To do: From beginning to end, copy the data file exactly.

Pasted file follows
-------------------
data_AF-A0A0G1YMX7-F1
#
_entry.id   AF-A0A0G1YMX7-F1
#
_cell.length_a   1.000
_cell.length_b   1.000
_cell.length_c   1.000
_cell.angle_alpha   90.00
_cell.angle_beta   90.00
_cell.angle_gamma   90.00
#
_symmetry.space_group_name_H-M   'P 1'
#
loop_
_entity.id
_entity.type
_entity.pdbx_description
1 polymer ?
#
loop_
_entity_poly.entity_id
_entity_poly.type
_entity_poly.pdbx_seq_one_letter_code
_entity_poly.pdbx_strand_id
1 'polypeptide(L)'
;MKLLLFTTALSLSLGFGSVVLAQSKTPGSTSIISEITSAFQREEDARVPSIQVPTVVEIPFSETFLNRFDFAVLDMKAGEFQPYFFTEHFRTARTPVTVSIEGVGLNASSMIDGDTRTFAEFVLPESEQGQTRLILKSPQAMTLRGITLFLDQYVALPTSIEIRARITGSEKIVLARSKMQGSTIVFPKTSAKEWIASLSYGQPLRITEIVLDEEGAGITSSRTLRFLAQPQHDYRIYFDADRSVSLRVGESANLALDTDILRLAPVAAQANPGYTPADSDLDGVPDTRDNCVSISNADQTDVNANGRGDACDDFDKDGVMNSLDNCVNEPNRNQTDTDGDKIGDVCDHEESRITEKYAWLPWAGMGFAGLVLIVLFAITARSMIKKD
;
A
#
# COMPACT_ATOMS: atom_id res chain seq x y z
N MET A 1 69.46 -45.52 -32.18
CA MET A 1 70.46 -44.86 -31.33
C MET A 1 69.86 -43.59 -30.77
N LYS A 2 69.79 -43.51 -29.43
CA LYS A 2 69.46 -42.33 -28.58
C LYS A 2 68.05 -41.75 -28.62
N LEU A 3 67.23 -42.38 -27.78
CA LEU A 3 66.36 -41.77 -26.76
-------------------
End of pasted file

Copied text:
data_AF-A0A0G1YMX7-F1
#
_entry.id   AF-A0A0G1YMX7-F1
#
_cell.length_a   1.000
_cell.length_b   1.000
_cell.length_c   1.000
_cell.angle_alpha   90.00
_cell.angle_beta   90.00
_cell.angle_gamma   90.00
#
_symmetry.space_group_name_H-M   'P 1'
#
loop_
_entity.id
_entity.type
_entity.pdbx_description
1 polymer ?
#
loop_
_entity_poly.entity_id
_entity_poly.type
_entity_poly.pdbx_seq_one_letter_code
_entity_poly.pdbx_strand_id
1 'polypeptide(L)'
;MKLLLFTTALSLSLGFGSVVLAQSKTPGSTSIISEITSAFQREEDARVPSIQVPTVVEIPFSETFLNRFDFAVLDMKAGEFQPYFFTEHFRTARTPVTVSIEGVGLNASSMIDGDTRTFAEFVLPESEQGQTRLILKSPQAMTLRGITLFLDQYVALPTSIEIRARITGSEKIVLARSKMQGSTIVFPKTSAKEWIASLSYGQPLRITEIVLDEEGAGITSSRTLRFLAQPQHDYRIYFDADRSVSLRVGESANLALDTDILRLAPVAAQANPGYTPADSDLDGVPDTRDNCVSISNADQTDVNANGRGDACDDFDKDGVMNSLDNCVNEPNRNQTDTDGDKIGDVCDHEESRITEKYAWLPWAGMGFAGLVLIVLFAITARSMIKKD
;
A
#
# COMPACT_ATOMS: atom_id res chain seq x y z
N MET A 1 69.46 -45.52 -32.18
CA MET A 1 70.46 -44.86 -31.33
C MET A 1 69.86 -43.59 -30.77
N LYS A 2 69.79 -43.51 -29.43
CA LYS A 2 69.46 -42.33 -28.58
C LYS A 2 68.05 -41.75 -28.62
N LEU A 3 67.23 -42.38 -27.78
CA LEU A 3 66.36 -41.77 -26.76